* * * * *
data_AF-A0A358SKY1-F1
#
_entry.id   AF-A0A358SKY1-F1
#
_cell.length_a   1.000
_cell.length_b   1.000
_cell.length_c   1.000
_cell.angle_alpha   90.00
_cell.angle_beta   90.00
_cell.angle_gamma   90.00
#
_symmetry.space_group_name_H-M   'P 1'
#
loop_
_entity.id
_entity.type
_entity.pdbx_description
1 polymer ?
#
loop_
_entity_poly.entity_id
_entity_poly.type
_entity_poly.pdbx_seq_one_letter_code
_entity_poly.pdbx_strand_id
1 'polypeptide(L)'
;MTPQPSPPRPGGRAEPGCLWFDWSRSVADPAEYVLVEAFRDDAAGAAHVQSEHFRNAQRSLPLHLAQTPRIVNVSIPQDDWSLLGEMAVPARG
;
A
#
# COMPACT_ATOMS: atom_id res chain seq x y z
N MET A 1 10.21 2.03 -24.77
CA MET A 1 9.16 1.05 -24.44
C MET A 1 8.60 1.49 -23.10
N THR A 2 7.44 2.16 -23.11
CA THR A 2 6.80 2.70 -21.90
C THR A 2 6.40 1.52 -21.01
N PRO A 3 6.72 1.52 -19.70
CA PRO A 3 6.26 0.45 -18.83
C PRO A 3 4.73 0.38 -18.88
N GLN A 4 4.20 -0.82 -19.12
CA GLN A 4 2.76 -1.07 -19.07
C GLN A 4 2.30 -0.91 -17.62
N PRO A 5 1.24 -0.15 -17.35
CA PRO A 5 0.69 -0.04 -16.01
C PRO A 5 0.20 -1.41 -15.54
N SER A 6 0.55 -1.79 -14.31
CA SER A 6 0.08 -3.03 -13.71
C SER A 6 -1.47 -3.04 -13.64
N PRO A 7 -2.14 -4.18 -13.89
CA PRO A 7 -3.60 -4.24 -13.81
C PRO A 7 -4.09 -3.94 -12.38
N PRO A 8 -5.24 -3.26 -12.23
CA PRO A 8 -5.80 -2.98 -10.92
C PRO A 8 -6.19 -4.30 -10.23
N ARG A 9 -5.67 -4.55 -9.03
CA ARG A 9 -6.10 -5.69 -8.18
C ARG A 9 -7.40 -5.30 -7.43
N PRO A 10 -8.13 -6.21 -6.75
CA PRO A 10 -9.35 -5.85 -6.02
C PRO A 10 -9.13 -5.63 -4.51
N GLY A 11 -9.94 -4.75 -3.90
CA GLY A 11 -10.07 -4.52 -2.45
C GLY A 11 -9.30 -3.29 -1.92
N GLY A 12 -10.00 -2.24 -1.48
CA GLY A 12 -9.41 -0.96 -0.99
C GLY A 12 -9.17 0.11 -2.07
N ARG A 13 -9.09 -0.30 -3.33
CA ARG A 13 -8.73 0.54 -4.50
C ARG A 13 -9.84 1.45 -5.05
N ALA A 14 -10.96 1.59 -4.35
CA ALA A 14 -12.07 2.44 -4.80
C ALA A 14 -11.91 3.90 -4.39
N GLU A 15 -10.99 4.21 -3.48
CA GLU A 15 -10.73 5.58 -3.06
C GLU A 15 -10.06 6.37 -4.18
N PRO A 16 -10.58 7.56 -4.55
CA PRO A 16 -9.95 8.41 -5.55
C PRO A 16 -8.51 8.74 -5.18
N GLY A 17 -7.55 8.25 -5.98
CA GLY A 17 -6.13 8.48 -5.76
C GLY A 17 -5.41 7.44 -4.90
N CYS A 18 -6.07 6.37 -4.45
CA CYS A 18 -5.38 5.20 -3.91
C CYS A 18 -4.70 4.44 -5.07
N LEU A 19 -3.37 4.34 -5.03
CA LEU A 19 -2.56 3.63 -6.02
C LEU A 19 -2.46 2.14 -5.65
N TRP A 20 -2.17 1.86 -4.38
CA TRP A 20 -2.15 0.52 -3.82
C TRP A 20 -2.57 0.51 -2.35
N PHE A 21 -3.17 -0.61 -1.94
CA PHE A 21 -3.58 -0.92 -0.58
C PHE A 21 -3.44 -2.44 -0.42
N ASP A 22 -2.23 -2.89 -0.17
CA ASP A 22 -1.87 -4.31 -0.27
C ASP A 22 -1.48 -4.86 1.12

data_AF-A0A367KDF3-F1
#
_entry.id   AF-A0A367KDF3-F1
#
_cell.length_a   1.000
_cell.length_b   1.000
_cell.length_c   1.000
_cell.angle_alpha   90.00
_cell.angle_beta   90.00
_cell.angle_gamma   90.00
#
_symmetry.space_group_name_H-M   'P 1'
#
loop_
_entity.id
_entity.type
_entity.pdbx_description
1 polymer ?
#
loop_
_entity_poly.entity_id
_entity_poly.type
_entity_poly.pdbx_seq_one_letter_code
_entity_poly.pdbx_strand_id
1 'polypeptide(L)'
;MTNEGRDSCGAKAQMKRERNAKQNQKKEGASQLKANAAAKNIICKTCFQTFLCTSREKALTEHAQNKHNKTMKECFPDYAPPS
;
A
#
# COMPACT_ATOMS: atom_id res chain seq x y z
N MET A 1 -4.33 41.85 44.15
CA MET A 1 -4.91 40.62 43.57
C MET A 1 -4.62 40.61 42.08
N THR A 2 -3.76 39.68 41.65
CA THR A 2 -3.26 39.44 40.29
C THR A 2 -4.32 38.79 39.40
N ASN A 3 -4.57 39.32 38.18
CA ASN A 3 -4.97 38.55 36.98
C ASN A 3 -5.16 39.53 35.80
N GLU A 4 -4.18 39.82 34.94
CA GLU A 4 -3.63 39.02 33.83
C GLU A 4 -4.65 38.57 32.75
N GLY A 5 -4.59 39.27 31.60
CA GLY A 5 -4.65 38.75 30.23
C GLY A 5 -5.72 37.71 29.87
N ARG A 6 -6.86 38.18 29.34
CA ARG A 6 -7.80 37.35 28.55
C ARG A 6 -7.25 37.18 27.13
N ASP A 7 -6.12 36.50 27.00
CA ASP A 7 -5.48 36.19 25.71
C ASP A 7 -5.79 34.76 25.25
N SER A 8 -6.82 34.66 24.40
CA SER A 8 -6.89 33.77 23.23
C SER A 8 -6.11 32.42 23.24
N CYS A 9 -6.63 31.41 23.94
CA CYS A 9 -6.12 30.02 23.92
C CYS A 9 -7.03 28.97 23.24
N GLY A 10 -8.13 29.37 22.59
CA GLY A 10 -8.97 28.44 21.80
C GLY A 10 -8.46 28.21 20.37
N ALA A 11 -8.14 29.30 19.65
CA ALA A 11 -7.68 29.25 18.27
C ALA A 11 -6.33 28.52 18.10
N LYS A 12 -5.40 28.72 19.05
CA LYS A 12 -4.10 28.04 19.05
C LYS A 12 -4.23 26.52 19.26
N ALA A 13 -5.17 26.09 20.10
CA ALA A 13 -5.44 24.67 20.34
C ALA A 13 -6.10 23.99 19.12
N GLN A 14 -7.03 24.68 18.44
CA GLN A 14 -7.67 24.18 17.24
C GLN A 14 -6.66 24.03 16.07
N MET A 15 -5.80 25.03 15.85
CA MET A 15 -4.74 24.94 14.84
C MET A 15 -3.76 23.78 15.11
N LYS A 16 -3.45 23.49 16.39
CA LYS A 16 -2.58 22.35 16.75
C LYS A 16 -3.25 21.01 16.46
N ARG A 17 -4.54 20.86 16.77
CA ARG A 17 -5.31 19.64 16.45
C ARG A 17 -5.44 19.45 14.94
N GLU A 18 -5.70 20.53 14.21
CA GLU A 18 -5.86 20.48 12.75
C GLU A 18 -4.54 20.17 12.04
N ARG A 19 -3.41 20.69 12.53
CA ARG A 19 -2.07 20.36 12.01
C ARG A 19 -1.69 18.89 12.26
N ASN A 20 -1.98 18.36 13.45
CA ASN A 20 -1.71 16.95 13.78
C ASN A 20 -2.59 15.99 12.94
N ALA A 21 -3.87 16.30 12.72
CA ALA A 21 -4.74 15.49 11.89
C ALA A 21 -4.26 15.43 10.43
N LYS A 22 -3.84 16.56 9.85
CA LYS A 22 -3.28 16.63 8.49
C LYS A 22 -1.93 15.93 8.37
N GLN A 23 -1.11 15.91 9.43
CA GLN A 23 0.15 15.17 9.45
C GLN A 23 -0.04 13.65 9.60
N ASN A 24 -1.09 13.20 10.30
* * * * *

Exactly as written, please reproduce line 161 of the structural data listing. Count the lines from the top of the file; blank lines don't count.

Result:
CA LYS A 12 -4.10 28.04 19.05